How Come My Kid Hates Piano?
"How come my kid hates piano? My child has taken piano for two years, and now wants to quit piano, what do I do?" I often get this question from parents. If that's your question, I can tell you several things about yourself.
The Swami's Observations
First, your child's piano teacher is a disciplinarian and devotee of piano pedagogy. They have a method and they stick to it, no matter who the child is. Second, your child is not a quitter. How could they have survived this torture for two years and not be a persistent worker, trying to deliver the goods?
Third, you're not a clairvoyant, but you do know your child. If their pleas to quit seem genuine, you need to listen to them. In fact, the tell-tale signs of quitting are there all along.
For example, I can tell you three things about your child quitting piano that I couldn't possibly know unless I am clairvoyant or completely correct in my assertions. Here are three observations about how a child hates and then quits piano. See if I'm not right.
First, I can say without fear of contradiction that there was a period at the beginning of your child's piano study when they were infatuated with it. I call this the "honeymoon." During this initial time, it is not difficult for a clever teacher to interest a child in the rudiments of piano.
Unfortunately, the teacher's only tool is repetition, which deadens the child to the instrument if done incorrectly. Repetition must always be made into a game. Thus, second, you noticed your child suddenly became uninterested in the piano. They did not want to play any more.
This is because they were asked to simply repeat boring pieces. This "music" had no actual musical substance. Each piece was like the last. Dull.
The Problem Appears
All discussions of deferred gratification aside, you now have a problem on your hands. You ask the teacher. What could they possibly say, except, "The child must pay attention and practice more." In real world terms, the piano teacher is saying, "Don't let this child be themselves during lessons because I'm not prepared for children's temperaments and variable personalities. And since I'm out of ideas, make them repeat my boring system that fails 90% of the time. I learned this old-fashioned way and I have no idea how to help your individual child enjoy the piano and music in general."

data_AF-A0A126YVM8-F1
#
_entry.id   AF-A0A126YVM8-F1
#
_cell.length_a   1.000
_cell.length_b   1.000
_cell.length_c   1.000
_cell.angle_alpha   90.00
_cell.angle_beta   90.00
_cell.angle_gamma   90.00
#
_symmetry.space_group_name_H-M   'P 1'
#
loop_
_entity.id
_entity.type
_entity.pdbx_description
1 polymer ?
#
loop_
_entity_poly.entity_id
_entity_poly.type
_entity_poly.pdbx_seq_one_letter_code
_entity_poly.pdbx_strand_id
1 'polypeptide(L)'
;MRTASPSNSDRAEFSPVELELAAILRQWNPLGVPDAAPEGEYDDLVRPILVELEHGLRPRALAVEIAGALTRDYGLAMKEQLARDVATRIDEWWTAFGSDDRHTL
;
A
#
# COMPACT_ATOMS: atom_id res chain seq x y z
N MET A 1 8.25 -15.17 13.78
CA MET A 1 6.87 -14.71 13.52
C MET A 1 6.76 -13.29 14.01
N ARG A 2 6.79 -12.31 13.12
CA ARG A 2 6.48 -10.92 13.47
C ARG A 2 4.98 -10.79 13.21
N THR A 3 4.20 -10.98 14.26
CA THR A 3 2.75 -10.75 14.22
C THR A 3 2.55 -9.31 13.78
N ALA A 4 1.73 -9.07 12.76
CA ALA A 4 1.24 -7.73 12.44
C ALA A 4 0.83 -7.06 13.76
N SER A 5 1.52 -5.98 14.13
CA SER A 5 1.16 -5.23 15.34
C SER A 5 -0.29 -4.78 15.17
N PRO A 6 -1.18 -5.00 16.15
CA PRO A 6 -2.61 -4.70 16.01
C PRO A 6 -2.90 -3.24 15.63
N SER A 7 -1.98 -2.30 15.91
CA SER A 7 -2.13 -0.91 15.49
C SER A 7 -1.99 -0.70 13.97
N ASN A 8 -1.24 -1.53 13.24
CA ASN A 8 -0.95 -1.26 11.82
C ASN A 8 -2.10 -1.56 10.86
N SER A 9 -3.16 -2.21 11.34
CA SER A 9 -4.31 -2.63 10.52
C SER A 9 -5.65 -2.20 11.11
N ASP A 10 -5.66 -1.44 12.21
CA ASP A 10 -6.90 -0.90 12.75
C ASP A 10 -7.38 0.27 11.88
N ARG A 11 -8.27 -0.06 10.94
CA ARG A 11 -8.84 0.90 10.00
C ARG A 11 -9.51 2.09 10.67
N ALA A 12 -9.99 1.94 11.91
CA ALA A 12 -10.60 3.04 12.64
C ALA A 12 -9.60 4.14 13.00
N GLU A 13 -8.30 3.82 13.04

You Begin Nagging
And, third, the Swami can tell you that there was period toward the end where you nagged your child to practice, and the child shut down all interest in the instrument. This is the point at which, unknown to you, the child began to hate the piano. From the child's point of view, the piano was making you so angry.
The child could not express anger at you for nagging, so they began to hate the piano. The end result is that the child feels like a failure, and a quitter. But there was really no need for this negative result. The child could be fooling around on the piano right now, expressing their interest in their own away.
The Teacher's Mistake
What really happened was that the teacher deemed the child a failure. They did this in order to call themselves a success. In this teacher's mind, the child is a lazy quitter, and their perfect method is blameless. Think about it for a moment and you will see this is all that could possibly be true. It's not as if you had said to the teacher, "Make my kid get to Carnegie Hall or else."
As soon as you brand a child, in any way, a failure, they will have no more interest in the subject. That is simply human child nature, to be shy of failure.
Go Ahead, Ignore Child Psychology
This ancient system of music education completely ignores children who possess humble gifts but also great interest.
Is not the piano for these kids, too? Such is the fascination with the piano that generation after generation says, "Teach me to play piano."
Go slowly enough, and you shall.
The Real Answer
The real answer to this child's problem was a patient piano teacher, a teacher wise enough to measure the child's interest and teach him appropriately. Children have widely differing personalities and interests, and unless you take these into account, you serve the child a "one-size-fits-all" piano method. This method, even statistically and historically, is bound to fail.
What works is finding music the child is truly interested in, and which will make them feel proud to have mastered. It has to be something familiar, something they can show to their friends and announce, "I can play piano."
Giving such a kid dull "exercise" pieces to shove your "method" down the child's throat will eventually produce apathy and rebellion. But that is exactly what most old-school piano teachers do.
Now you know why your child wants to quit piano.